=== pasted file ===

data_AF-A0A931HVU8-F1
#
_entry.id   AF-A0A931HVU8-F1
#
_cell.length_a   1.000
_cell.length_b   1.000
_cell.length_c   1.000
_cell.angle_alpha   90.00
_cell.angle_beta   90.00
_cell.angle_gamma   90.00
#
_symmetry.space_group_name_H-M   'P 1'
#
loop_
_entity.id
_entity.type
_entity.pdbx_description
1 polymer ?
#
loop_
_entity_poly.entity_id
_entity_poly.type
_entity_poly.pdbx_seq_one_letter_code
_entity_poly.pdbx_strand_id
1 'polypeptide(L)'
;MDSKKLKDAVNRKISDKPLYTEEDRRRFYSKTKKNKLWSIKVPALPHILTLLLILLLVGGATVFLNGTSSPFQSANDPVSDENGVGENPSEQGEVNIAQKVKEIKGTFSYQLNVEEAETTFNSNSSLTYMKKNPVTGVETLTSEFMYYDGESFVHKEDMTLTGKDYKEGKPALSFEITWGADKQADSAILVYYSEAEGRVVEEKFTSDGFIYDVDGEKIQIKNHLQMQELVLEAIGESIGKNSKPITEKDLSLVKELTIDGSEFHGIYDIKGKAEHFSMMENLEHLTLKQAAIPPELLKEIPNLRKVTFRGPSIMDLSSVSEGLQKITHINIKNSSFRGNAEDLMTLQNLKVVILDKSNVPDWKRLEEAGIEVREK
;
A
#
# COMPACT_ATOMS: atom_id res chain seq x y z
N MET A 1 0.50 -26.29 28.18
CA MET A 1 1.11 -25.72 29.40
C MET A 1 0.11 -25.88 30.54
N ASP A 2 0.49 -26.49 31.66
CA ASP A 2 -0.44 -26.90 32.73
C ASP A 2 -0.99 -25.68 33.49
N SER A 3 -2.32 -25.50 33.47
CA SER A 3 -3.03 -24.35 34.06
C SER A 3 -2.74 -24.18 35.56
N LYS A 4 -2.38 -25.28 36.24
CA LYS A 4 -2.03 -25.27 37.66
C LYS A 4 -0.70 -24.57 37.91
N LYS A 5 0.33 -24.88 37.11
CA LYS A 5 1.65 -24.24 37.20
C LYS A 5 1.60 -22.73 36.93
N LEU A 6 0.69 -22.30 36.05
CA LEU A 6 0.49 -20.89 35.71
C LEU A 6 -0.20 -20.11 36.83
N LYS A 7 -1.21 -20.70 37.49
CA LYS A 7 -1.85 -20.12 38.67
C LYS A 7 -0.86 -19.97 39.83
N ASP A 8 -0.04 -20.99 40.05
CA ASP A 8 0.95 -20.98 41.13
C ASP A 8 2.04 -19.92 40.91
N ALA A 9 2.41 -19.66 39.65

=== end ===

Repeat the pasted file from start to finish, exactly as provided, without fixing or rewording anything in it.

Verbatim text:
data_AF-A0A931HVU8-F1
#
_entry.id   AF-A0A931HVU8-F1
#
_cell.length_a   1.000
_cell.length_b   1.000
_cell.length_c   1.000
_cell.angle_alpha   90.00
_cell.angle_beta   90.00
_cell.angle_gamma   90.00
#
_symmetry.space_group_name_H-M   'P 1'
#
loop_
_entity.id
_entity.type
_entity.pdbx_description
1 polymer ?
#
loop_
_entity_poly.entity_id
_entity_poly.type
_entity_poly.pdbx_seq_one_letter_code
_entity_poly.pdbx_strand_id
1 'polypeptide(L)'
;MDSKKLKDAVNRKISDKPLYTEEDRRRFYSKTKKNKLWSIKVPALPHILTLLLILLLVGGATVFLNGTSSPFQSANDPVSDENGVGENPSEQGEVNIAQKVKEIKGTFSYQLNVEEAETTFNSNSSLTYMKKNPVTGVETLTSEFMYYDGESFVHKEDMTLTGKDYKEGKPALSFEITWGADKQADSAILVYYSEAEGRVVEEKFTSDGFIYDVDGEKIQIKNHLQMQELVLEAIGESIGKNSKPITEKDLSLVKELTIDGSEFHGIYDIKGKAEHFSMMENLEHLTLKQAAIPPELLKEIPNLRKVTFRGPSIMDLSSVSEGLQKITHINIKNSSFRGNAEDLMTLQNLKVVILDKSNVPDWKRLEEAGIEVREK
;
A
#
# COMPACT_ATOMS: atom_id res chain seq x y z
N MET A 1 0.50 -26.29 28.18
CA MET A 1 1.11 -25.72 29.40
C MET A 1 0.11 -25.88 30.54
N ASP A 2 0.49 -26.49 31.66
CA ASP A 2 -0.44 -26.90 32.73
C ASP A 2 -0.99 -25.68 33.49
N SER A 3 -2.32 -25.50 33.47
CA SER A 3 -3.03 -24.35 34.06
C SER A 3 -2.74 -24.18 35.56
N LYS A 4 -2.38 -25.28 36.24
CA LYS A 4 -2.03 -25.27 37.66
C LYS A 4 -0.70 -24.57 37.91
N LYS A 5 0.33 -24.88 37.11
CA LYS A 5 1.65 -24.24 37.20
C LYS A 5 1.60 -22.73 36.93
N LEU A 6 0.69 -22.30 36.05
CA LEU A 6 0.49 -20.89 35.71
C LEU A 6 -0.20 -20.11 36.83
N LYS A 7 -1.21 -20.70 37.49
CA LYS A 7 -1.85 -20.12 38.67
C LYS A 7 -0.86 -19.97 39.83
N ASP A 8 -0.04 -20.99 40.05
CA ASP A 8 0.95 -20.98 41.13
C ASP A 8 2.04 -19.92 40.91
N ALA A 9 2.41 -19.66 39.65